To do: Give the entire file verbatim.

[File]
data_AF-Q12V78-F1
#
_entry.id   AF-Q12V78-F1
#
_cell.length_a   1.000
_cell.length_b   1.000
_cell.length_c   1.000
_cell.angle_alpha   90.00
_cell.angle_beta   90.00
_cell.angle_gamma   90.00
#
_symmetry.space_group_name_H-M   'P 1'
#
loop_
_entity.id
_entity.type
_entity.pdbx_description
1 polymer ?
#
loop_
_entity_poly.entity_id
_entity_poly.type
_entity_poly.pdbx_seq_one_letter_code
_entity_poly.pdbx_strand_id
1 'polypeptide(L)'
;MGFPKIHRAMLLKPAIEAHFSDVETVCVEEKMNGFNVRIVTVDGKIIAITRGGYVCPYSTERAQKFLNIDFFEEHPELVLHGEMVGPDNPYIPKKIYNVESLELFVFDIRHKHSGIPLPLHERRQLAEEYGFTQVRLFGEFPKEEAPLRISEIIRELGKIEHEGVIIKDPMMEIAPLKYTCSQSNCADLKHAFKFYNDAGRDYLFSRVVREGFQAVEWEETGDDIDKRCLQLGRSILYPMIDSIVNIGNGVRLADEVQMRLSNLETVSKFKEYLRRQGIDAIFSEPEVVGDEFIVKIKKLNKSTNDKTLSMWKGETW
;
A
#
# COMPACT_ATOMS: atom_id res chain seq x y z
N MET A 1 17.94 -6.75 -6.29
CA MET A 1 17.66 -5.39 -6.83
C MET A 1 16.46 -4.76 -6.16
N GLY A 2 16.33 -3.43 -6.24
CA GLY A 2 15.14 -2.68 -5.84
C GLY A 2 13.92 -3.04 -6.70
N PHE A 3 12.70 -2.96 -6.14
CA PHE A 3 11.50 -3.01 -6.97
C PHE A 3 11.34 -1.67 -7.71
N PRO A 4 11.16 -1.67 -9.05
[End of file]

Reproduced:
data_AF-Q12V78-F1
#
_entry.id   AF-Q12V78-F1
#
_cell.length_a   1.000
_cell.length_b   1.000
_cell.length_c   1.000
_cell.angle_alpha   90.00
_cell.angle_beta   90.00
_cell.angle_gamma   90.00
#
_symmetry.space_group_name_H-M   'P 1'
#
loop_
_entity.id
_entity.type
_entity.pdbx_description
1 polymer ?
#
loop_
_entity_poly.entity_id
_entity_poly.type
_entity_poly.pdbx_seq_one_letter_code
_entity_poly.pdbx_strand_id
1 'polypeptide(L)'
;MGFPKIHRAMLLKPAIEAHFSDVETVCVEEKMNGFNVRIVTVDGKIIAITRGGYVCPYSTERAQKFLNIDFFEEHPELVLHGEMVGPDNPYIPKKIYNVESLELFVFDIRHKHSGIPLPLHERRQLAEEYGFTQVRLFGEFPKEEAPLRISEIIRELGKIEHEGVIIKDPMMEIAPLKYTCSQSNCADLKHAFKFYNDAGRDYLFSRVVREGFQAVEWEETGDDIDKRCLQLGRSILYPMIDSIVNIGNGVRLADEVQMRLSNLETVSKFKEYLRRQGIDAIFSEPEVVGDEFIVKIKKLNKSTNDKTLSMWKGETW
;
A
#
# COMPACT_ATOMS: atom_id res chain seq x y z
N MET A 1 17.94 -6.75 -6.29
CA MET A 1 17.66 -5.39 -6.83
C MET A 1 16.46 -4.76 -6.16
N GLY A 2 16.33 -3.43 -6.24
CA GLY A 2 15.14 -2.68 -5.84
C GLY A 2 13.92 -3.04 -6.70
N PHE A 3 12.70 -2.96 -6.14
CA PHE A 3 11.50 -3.01 -6.97
C PHE A 3 11.34 -1.67 -7.71
N PRO A 4 11.16 -1.67 -9.05